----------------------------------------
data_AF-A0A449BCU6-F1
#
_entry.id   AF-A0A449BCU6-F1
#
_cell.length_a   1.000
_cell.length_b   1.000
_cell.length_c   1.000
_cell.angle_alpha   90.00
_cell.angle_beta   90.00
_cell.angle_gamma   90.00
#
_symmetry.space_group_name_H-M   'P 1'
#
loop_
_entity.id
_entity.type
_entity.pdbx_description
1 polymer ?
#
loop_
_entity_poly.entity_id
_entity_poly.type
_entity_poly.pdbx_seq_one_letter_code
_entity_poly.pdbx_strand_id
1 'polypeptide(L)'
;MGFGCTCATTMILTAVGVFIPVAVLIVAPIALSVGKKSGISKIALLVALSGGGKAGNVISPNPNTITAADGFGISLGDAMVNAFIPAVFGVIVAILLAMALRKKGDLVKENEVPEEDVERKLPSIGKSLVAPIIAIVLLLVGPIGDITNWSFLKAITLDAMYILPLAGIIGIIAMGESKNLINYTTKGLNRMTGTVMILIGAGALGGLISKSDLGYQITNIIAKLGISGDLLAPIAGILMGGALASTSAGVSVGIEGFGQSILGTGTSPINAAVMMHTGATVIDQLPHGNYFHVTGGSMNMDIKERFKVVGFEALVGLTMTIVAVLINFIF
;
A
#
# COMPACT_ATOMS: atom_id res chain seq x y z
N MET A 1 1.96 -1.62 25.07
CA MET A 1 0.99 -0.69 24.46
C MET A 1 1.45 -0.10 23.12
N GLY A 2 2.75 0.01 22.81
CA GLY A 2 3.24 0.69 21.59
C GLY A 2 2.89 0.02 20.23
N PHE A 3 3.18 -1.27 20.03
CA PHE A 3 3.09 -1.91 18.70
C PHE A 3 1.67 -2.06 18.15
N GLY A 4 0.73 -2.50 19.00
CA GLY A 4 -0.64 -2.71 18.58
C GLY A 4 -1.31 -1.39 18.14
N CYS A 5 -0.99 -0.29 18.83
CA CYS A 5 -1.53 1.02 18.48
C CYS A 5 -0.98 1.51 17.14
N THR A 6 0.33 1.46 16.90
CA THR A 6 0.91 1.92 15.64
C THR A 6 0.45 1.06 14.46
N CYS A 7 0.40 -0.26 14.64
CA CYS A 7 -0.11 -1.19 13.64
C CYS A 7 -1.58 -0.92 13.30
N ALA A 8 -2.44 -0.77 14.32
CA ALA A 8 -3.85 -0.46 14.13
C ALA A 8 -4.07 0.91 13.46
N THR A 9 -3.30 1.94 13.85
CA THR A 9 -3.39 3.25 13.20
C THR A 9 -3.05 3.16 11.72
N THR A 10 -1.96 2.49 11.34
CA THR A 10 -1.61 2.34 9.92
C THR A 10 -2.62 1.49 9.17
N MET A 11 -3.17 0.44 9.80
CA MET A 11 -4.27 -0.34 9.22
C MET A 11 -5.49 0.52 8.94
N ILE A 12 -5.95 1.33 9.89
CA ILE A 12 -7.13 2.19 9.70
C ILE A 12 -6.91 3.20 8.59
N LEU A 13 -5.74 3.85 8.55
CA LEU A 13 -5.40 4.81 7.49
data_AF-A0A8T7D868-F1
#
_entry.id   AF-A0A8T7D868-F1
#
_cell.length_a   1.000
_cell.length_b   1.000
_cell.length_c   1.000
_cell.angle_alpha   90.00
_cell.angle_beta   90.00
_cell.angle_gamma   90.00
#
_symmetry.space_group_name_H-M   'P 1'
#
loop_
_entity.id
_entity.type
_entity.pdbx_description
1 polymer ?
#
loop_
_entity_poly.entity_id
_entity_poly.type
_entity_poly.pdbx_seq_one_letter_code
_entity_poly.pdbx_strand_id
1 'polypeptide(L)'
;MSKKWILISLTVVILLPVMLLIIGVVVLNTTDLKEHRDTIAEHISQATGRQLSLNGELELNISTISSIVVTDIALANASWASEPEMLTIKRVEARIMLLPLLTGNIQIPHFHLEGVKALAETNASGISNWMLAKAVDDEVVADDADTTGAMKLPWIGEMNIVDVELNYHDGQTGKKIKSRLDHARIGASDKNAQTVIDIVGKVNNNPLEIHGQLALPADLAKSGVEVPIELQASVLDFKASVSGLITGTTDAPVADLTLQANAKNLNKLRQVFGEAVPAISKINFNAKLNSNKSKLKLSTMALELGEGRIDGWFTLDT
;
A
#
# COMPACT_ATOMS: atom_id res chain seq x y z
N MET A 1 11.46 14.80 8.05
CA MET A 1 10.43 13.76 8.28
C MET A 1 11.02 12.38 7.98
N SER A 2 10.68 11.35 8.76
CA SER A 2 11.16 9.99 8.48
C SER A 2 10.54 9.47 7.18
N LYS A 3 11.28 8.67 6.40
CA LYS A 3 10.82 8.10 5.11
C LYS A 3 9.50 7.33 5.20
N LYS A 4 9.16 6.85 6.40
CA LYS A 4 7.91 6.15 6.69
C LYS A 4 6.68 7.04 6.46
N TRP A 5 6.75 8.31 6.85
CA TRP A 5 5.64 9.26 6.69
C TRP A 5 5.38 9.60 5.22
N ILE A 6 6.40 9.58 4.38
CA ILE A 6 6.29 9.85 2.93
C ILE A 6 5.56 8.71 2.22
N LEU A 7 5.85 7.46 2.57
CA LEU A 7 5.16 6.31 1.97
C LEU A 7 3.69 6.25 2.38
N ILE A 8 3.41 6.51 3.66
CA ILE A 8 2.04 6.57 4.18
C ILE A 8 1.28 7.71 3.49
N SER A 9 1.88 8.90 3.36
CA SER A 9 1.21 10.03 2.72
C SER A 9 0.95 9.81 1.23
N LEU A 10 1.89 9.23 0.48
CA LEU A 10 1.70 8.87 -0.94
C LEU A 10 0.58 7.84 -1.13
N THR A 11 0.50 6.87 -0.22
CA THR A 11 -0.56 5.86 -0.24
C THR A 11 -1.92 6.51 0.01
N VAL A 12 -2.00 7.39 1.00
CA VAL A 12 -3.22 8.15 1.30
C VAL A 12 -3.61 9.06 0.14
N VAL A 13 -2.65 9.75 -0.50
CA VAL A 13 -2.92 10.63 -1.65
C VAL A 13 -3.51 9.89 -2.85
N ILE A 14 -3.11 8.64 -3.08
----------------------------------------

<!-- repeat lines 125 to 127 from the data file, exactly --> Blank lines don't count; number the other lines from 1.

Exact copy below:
C SER A 9 0.95 9.81 1.23
N LEU A 10 1.89 9.23 0.48
CA LEU A 10 1.70 8.87 -0.94